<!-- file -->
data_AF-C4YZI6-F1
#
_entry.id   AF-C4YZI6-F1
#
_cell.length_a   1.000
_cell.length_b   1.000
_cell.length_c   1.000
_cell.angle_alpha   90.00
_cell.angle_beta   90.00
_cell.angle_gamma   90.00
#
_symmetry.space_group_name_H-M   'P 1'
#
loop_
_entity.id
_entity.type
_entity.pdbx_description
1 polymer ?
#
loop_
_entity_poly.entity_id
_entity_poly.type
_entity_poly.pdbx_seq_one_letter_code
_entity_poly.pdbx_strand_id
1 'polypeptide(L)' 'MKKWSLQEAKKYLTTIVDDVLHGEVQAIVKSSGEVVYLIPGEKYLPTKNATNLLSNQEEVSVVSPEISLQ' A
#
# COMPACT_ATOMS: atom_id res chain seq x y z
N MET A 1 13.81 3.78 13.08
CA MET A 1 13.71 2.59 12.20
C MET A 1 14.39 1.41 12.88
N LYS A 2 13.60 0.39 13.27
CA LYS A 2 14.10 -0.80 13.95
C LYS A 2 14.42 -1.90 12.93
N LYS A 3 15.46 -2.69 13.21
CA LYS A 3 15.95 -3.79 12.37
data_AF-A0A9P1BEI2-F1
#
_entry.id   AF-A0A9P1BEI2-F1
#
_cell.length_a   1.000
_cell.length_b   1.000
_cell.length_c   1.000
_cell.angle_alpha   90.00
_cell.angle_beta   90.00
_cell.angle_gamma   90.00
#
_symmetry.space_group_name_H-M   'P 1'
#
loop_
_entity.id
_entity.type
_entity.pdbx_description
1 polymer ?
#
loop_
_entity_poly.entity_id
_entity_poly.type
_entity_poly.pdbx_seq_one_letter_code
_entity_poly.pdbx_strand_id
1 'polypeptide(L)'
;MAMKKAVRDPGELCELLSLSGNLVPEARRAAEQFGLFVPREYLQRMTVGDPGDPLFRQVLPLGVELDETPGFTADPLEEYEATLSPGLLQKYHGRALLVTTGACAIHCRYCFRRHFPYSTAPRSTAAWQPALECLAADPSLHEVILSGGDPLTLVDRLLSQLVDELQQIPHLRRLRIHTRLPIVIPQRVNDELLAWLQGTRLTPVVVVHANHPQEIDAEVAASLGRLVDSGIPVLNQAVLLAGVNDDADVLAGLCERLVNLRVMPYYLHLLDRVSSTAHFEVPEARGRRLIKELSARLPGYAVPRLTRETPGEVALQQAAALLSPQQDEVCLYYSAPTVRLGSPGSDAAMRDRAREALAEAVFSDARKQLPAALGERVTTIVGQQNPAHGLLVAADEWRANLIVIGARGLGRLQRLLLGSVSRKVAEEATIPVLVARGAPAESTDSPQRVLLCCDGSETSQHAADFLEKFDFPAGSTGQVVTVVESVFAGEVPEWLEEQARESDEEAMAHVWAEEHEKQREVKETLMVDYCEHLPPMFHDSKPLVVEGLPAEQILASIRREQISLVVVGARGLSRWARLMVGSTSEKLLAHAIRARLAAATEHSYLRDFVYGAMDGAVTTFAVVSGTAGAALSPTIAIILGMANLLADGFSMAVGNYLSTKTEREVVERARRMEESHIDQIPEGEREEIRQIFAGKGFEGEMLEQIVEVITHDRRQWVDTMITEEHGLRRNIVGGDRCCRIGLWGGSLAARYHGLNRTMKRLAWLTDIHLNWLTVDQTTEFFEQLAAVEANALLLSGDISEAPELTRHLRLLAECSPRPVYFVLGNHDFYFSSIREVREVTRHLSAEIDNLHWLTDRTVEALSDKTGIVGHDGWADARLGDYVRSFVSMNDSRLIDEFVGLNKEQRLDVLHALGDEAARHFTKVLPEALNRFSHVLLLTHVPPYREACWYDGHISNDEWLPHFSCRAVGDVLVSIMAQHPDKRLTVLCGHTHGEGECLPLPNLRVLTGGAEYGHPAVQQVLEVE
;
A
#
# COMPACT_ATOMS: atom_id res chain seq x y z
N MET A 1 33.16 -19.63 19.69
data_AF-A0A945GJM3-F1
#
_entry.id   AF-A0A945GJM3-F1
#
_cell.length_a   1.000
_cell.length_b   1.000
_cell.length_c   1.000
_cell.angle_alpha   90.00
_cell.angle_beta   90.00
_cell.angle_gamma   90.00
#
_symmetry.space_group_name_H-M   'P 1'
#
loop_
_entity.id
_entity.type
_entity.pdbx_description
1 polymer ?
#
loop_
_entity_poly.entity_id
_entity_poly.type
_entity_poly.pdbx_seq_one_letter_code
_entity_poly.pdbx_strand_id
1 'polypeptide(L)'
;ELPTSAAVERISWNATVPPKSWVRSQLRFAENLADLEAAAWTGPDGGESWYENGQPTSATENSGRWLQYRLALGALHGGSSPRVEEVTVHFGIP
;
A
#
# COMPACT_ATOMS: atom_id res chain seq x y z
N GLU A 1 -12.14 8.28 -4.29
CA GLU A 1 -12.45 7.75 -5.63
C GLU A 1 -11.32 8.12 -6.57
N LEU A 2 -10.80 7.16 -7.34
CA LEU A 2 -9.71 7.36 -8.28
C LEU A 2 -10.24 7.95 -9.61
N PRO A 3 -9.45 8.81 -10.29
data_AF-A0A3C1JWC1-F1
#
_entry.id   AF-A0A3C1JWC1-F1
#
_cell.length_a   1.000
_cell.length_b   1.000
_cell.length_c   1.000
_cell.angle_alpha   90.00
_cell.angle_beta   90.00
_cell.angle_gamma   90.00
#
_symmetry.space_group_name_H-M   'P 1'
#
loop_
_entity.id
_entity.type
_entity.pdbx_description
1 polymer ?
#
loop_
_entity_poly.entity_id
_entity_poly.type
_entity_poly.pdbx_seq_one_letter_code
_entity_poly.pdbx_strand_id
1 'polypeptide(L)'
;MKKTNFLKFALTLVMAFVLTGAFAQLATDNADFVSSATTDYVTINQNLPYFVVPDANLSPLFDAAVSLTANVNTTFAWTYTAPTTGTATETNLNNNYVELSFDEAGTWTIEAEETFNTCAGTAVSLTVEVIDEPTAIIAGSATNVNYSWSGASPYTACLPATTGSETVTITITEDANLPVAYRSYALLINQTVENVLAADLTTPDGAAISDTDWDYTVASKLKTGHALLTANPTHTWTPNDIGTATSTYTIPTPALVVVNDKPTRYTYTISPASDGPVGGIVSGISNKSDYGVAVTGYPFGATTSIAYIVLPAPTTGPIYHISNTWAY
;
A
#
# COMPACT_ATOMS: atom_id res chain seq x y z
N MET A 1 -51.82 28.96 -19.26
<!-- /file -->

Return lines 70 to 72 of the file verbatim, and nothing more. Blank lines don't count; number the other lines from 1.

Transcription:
#
_cell.length_a   1.000
_cell.length_b   1.000